Congratulations President Barack Obama just won the 2009 Nobel Peace Prize for his “extraordinary efforts to strengthen international diplomacy and cooperation between peoples” the Norwegian Nobel Committee said..If that’s the case, I hope he pulls out of Afghanistan, helps Free Palestine, ends the blockade w/ Cuba and puts an end to AFROCOM…That will give this prize richer meaning… It’ll move him in the direction of Martin Luther King who won this award 45 years ago. I have my reservations and disappointments with Obama and him waffling on key issues, many have said it was due to politics and the pressure put on him by organized powerful forces, while many of us on the left have kind of left it up to him to do right by us. Perhaps this Noble Prize will give him the political cover to do the right thing and buffer him from war hawk critics.
It’s either that or Obama who is now the ‘Peace president’ will have to look us in the eye and tell us that ‘War is the answer’ which will then underscore the devaluing of this award which the right is already spinning… In anycase the President winning the Noble Prize will put the fact that ‘he didn’t win’ the Olympics for Chicago..It will also ironically give him political cover when he doesn’t respond angrily or aggressively to right wing nuts who seem to be all up in his grill all the the time..
by Carlos in DC
President Barack Obama deserves well the Nobel Peace Prize.
This award is not about what he has accomplished –or not- within the U.S. during his first eight months in office, but what his election as the first Black president of the United States has meant for this country and the entire world.
As the first African descendant leader of the most powerful and richest nation in human history, a country built for centuries with the work of African and Native American slaves, Barack Obama has broken many barriers with his election and directly promoted equality, respect for diversity, social justice, and change all around the planet.
This is a well deserved prize, and it represents also the hope of hundreds of millions of oppressed people in the world struggling against racism, including the over 180 million Afro descendants in the Americas, with leaders like Piedad Cordova, the Afro Colombian Senator who was also a favorite and front runner for this award.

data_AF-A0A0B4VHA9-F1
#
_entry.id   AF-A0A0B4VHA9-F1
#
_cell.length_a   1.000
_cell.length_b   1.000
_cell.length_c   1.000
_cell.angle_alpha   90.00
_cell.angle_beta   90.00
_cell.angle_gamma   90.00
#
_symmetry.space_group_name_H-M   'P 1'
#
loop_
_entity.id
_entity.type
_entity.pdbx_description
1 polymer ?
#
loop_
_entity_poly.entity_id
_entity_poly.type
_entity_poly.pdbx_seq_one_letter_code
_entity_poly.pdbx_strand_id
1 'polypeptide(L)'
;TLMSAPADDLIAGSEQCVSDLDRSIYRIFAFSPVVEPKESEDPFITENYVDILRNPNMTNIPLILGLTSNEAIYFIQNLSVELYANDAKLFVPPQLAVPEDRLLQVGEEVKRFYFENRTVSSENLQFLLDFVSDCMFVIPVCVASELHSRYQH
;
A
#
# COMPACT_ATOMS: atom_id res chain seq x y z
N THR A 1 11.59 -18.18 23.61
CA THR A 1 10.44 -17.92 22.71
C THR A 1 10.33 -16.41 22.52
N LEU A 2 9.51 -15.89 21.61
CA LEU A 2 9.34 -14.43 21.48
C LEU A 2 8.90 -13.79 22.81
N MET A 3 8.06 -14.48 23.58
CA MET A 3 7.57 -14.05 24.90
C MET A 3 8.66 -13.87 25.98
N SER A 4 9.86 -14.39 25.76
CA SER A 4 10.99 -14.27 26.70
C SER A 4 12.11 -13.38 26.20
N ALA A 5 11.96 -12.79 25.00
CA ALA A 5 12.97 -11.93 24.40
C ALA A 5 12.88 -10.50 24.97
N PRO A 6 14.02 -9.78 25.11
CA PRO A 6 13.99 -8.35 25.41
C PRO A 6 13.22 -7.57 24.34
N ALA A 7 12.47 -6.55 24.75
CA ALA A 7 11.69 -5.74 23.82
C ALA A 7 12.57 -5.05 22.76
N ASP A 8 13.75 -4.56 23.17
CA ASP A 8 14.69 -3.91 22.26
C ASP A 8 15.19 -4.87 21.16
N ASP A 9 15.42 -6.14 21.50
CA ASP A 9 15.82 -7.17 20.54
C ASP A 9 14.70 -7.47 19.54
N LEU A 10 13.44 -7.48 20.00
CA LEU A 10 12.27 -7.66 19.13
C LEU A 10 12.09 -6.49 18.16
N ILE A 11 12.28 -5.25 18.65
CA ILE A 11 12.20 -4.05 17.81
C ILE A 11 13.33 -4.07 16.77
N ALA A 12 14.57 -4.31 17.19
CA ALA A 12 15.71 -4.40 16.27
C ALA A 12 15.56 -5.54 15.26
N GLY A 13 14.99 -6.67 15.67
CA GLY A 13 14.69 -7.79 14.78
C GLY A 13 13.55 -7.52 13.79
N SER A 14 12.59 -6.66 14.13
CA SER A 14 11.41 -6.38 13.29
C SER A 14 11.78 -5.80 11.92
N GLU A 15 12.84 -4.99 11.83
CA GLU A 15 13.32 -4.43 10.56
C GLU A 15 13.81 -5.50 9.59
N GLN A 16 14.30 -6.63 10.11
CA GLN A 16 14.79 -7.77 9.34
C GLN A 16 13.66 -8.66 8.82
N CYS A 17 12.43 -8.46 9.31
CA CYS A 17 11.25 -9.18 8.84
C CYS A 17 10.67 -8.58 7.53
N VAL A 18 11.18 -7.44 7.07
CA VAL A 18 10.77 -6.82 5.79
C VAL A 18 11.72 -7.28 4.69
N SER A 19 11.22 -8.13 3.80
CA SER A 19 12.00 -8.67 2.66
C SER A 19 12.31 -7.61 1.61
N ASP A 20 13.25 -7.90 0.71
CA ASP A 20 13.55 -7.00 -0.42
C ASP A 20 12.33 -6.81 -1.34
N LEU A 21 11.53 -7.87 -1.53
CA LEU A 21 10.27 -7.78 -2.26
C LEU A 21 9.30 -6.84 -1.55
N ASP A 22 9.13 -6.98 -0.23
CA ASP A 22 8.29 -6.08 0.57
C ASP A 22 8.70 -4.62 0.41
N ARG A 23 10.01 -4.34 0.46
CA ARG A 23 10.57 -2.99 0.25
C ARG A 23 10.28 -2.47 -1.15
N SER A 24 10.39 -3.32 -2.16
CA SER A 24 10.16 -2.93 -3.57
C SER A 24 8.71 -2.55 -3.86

This prize is also well timed as president Obama is close to decide on the fate of the U.S. presence in Afghanistan and Iraq, where the current conflicts are getting more complicated and a military solution seems less probable in both cases.
Obama wins Nobel Peace Prize
The Nobel Committee on Friday said that Obama had made “extraordinary efforts in international diplomacy and co-operation between peoples.”
Barack Obama, the US president, has been awarded the Nobel Peace Prize for 2009, less than a year after taking office.
The announcement was made in Oslo, the Norwegian capital, recognising Obama’s attempts to foster international peace and create a world without nuclear weapons.
Obama, 48, wins the award while still being the commander-in-chief of US-led wars in Afghanistan and Iraq.
“Only very rarely has a person to the same extent as Obama captured the world’s attention and given its people hope for a better future,” Thorbjoern Jagland, the head of the committee, said.
“His diplomacy is founded in the concept that those who are to lead the world must do so on the basis of values and attitudes that are shared by the majority of the world’s population.
“Obama has as president created a new climate in international politics.
“Multilateral diplomacy has regained a central position, with emphasis on the role that the United Nations and other international institutions can play.”
‘Midst of engagement’
The prize is worth $1.4m, which will be handed over on December 10.
The only US presidents to have won the award while in office were Theodore Roosevelt in 1906 and Woodrow Wilson in 1919.
Kristian Berg Harpviken, from the International Peace Research Institute, told Al Jazeera: “I was very surprised … On the other hand what I did expect this year was a daring prize.
“I mean by daring is a prize that went to somebody who is not only rewarded for past achievements but who actually stands in the midst of a historical engagement.
“In other words, I was expecting the committee to want to use the political weight of the prize to make a difference in the world. To award it to somebody who could take that political capital and run with it.
Harpviken said that Obama is yet to achieve any of his major objectives on the global stage but added “what Obama has done is to give a breath of fresh air to international diplomacy and to multilateral collaboration.”
“He has done that but he has yet to prove that he can deliver. And on many of the concrete issues where he has made tall commitments and has high ambitions it is clear that the wind is not blowing his way and that it is going to be very difficult.”
Governments and world players began reacting to the announcement of the award on Friday.
The Taliban condemned the decision saying that Obama has “not taken a single step towards peace in Afghanistan”.
However, Hamid Karzai, the Afghan president, congratulated Obama, calling the announcement “appropriate”.
An aide to Mahmoud Ahmadinejad, the Iranian president, said that the award should prompt Obama to begin to end injustice in the world.
“We hope that this gives him the incentive to walk in the path of bringing justice to the world order,” Ali Akbar Javanfekr, Ahmadinejad’s media aide, said.
“We are not upset and we hope that by receiving this prize he will start taking practical steps to remove injustice in the world.”